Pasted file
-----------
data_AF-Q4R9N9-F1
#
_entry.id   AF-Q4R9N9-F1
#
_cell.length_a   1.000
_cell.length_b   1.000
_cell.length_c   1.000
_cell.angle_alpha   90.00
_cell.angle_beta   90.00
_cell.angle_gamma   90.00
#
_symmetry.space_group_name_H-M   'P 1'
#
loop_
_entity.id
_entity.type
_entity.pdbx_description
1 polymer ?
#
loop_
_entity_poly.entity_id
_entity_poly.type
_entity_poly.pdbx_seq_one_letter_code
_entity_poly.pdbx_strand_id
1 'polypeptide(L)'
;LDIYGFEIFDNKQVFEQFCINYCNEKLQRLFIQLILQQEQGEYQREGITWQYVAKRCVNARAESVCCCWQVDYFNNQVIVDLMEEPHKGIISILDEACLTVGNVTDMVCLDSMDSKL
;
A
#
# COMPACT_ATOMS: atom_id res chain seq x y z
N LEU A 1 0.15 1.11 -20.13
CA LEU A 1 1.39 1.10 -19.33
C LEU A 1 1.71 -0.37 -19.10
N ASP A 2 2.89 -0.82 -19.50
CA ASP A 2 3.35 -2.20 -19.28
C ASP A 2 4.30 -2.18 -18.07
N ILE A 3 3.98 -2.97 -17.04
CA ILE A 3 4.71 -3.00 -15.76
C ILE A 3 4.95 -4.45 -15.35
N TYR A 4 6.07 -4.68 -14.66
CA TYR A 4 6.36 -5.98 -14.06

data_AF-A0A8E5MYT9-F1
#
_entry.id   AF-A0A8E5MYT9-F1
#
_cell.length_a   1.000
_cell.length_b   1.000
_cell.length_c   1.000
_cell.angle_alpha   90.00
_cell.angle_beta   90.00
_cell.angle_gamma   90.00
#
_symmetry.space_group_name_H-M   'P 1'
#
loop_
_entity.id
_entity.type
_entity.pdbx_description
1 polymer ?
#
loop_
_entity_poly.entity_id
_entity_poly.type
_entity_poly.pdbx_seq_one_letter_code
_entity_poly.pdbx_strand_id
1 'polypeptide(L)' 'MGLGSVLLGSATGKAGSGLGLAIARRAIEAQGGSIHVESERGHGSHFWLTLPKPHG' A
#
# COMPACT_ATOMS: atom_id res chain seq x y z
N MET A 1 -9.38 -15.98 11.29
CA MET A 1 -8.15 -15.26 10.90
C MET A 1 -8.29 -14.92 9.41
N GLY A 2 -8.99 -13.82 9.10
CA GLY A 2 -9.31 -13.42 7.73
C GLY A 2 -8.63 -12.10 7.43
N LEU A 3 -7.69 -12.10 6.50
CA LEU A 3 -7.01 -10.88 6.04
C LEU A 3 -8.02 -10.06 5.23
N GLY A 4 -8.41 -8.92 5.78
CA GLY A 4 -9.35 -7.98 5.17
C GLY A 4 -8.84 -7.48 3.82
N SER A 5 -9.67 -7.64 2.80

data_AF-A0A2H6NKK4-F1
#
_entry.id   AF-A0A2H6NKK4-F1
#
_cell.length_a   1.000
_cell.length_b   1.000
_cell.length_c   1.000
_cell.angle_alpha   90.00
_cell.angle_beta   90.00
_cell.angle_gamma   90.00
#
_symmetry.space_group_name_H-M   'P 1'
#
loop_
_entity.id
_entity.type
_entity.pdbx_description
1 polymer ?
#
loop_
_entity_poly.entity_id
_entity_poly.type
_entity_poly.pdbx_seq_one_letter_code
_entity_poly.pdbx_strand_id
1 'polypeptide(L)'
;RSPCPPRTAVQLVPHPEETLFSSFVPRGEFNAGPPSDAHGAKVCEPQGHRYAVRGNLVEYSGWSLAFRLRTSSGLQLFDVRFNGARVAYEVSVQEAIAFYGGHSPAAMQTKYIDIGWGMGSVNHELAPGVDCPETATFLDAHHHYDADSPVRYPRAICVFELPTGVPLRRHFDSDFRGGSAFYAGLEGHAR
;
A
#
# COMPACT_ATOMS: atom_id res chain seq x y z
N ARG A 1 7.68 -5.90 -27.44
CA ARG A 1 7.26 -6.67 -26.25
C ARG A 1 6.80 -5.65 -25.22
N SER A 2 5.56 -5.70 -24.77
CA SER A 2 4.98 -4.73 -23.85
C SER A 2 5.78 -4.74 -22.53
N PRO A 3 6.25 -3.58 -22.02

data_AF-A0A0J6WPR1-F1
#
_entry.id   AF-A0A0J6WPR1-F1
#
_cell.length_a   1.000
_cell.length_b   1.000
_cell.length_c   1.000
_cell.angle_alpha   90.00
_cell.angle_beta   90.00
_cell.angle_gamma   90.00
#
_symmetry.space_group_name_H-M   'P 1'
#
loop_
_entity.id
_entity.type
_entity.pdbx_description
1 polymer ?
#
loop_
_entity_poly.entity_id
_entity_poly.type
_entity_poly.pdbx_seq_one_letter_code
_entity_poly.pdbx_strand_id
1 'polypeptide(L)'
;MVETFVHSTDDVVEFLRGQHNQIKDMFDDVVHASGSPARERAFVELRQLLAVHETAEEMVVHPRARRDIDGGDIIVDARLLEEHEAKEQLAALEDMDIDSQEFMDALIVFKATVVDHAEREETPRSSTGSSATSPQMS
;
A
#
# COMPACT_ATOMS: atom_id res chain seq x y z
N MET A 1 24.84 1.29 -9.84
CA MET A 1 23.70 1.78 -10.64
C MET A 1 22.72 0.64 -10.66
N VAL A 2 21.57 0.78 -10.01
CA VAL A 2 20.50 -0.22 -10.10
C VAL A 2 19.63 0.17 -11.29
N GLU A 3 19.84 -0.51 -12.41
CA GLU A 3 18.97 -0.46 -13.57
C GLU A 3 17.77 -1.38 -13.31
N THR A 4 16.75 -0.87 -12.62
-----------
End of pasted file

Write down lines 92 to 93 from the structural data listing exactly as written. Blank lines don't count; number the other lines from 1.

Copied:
#
_symmetry.space_group_name_H-M   'P 1'